In 1983, the Martini Racing team won the Group B category of the FIA World Rally Championship with the Lancia Rally 037, which is remembered for being the final rear-wheel drive rally car to do so. It was certainly quite a feat, considering the stiff competition from Audi Sport and their fearsome Quattro machines with four-wheel drive, but the 118 points that Martini Racing gathered by the end of 1983 season was two more than what the Germans could secure.
As tribute to one of the most successful rally cars of all time, Italian company Kimera Automobili has come up with a rather exciting restomod project that reimagines the 037 (also known as the Tipo 151) with some modern touches.
The result is this, the Kimera EVO37, and to create it, the company brought in individuals who worked on the original Lancia project, including two-time WRC champion Miki Biasion as well as engineers like Sergio Limone (chassis and layout), Vittorio Roberti (assembly and materials) and Claudio Lombardi (engine). Kimera Automobili also engaged a few big names as suppliers for the EVO37, with Sparco, Pirelli, Brembo and Ohlins supplying components.
The company plans to built just 37 units of the EVO37, with each carrying a base price of 480,000 euros (around RM2.43 million). It’s certainly a lot of money, but the level of craftsmanship and engineering involved suggest that it’s all justified, as 11 customers have already placed an order.
Underpinning the EVO37 is a central chassis based around a Beta Montecarlo just like the 037, but further strengthened with new tubular frame sections added at the front and rear. This is coupled to adjustable Ohlins dampers and a beefy Brembo brake system, the latter offered with carbon-ceramic discs as an option. The car rides on a staggered wheel setup – 18 inches at the front and 19 inches at the rear – finished with 245/35 front and 295/30 rear Pirelli tyres.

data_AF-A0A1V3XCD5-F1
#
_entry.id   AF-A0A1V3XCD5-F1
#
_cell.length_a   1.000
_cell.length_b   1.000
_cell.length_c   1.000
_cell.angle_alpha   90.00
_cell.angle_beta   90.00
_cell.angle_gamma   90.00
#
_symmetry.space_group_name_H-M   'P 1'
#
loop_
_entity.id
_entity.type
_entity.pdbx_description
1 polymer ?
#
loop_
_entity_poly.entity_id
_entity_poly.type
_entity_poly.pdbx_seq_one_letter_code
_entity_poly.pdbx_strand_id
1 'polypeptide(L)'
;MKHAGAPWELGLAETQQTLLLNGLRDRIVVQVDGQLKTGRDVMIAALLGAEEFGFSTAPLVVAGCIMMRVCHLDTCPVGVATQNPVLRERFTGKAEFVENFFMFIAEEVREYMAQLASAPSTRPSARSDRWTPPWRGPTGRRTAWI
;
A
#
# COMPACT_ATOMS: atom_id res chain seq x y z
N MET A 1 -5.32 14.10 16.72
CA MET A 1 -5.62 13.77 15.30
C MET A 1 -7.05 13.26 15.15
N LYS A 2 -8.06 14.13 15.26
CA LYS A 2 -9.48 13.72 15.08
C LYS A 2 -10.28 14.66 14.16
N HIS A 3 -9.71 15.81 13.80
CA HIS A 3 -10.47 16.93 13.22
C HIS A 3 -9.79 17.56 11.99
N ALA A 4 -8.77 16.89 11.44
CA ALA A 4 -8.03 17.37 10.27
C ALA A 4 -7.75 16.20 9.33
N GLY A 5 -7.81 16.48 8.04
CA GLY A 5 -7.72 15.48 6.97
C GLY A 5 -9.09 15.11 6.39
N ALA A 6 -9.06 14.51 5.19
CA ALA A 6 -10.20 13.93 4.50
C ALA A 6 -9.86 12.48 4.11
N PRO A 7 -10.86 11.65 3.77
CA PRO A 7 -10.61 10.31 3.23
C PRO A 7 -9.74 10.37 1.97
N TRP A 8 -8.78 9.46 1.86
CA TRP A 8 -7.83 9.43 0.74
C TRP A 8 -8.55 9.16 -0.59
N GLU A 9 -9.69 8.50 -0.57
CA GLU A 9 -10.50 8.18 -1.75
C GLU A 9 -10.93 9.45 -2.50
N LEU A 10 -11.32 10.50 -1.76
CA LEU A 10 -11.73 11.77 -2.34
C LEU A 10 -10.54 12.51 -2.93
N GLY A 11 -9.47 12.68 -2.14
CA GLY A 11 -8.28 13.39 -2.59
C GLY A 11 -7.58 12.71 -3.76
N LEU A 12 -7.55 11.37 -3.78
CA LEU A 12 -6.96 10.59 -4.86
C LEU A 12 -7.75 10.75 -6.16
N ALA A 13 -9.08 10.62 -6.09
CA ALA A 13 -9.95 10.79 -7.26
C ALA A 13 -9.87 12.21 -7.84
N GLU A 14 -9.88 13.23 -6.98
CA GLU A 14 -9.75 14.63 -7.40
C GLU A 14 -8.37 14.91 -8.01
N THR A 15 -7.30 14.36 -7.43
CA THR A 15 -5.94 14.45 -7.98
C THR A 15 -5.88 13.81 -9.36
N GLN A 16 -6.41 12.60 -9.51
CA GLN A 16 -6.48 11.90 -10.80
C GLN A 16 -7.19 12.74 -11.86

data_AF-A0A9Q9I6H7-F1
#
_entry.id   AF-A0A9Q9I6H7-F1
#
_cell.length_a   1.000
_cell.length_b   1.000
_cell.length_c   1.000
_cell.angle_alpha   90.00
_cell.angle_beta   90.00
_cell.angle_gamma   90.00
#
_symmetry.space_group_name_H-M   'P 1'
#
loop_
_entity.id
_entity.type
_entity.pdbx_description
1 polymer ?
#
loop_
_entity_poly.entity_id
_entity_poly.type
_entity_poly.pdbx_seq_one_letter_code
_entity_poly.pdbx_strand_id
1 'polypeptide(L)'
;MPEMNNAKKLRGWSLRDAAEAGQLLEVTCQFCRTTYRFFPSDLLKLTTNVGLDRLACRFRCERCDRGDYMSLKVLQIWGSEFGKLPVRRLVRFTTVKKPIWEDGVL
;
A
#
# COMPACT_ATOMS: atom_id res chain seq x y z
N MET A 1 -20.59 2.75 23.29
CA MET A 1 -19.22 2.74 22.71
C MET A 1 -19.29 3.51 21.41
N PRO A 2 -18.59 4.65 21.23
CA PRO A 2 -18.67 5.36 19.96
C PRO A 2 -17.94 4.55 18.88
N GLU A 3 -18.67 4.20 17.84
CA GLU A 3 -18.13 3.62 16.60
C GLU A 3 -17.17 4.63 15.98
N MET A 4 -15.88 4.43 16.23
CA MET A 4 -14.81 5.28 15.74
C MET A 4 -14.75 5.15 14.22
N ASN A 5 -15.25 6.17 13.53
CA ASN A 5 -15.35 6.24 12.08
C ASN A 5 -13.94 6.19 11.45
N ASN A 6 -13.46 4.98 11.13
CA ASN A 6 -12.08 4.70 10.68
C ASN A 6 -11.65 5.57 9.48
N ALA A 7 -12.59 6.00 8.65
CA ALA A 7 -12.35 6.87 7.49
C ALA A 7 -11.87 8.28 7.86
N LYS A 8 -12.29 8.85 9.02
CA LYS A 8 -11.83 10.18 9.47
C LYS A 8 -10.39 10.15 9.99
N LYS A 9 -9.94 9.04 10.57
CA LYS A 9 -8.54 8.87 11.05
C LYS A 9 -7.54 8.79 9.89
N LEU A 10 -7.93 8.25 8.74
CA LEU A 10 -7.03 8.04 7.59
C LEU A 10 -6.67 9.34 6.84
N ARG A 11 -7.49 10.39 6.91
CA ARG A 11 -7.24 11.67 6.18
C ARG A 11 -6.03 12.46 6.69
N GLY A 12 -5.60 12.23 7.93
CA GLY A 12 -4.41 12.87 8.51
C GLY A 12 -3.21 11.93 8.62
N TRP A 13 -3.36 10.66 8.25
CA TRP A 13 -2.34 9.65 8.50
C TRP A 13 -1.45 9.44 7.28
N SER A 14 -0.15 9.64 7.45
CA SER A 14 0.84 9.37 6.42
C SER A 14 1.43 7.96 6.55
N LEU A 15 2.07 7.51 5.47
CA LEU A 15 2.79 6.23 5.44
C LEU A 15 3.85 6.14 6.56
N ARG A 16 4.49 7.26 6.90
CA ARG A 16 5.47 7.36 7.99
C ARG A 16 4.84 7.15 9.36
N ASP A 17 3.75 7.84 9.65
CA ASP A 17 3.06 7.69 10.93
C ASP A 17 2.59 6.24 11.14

Where the vintage 037 had fiberglass body panels, the EVO37 gets a carbon-fibre skin, and the lightweight material joins a host of others, including Kevlar, titanium, high-strength steel and aluminium. The overall weight has yet to be determined, but expect the car to sit around 1,000 kg.
As for the design, it remains largely faithful to the 037, with the blocky proportions being maintained. It isn’t a carbon copy though, as the EVO37 occupies a larger footprint with a length of 4,055 mm and width of 1,905 mm, while the wheelbase spans 2,520 mm.
There are also some noticeable visual tweaks, larger, rally-style wheels notwithstanding. For instance, the EVO37’s distinctive quad headlamps now feature LED technology, while the bonnet and rear deck have been reworked. The overhangs at both ends have also been slightly shortened.
No interior images for now, but the EVO37’s cabin will have plenty of exposed carbon-fibre and Alcantara upholstery. It won’t be overly modern inside, as a hydraulic handbrake and an analogue instrument cluster will be present, alongside four-point racing harnesses as a nod to the Rally 037.
Propelling the attractive shape is a 2.1 litre turbocharged four-cylinder engine, which is based around the same block used in the original, but redesigned and reengineered by Italtecnica under the guidance of Lombardi.
With a larger displacement than the old 2.0 litre unit, the engine sports a turbocharger and a supercharger to make 505 PS (498 hp) from 7,200 to 7,250 rpm and 550 Nm of torque, of which 400 Nm is available from just 2,000 rpm. The mill drives the rear wheels via a six-speed robotized manual gearbox, but performance figures are not available for now.
The company plans to present the EVO37 to be public at the upcoming Goodwood Festival of Speed in July, and the first clients will receive their cars from September. If you’re curious about the 037, The Grand Tour covered the car on an episode previously, which is linked below.
Source: Read Full Article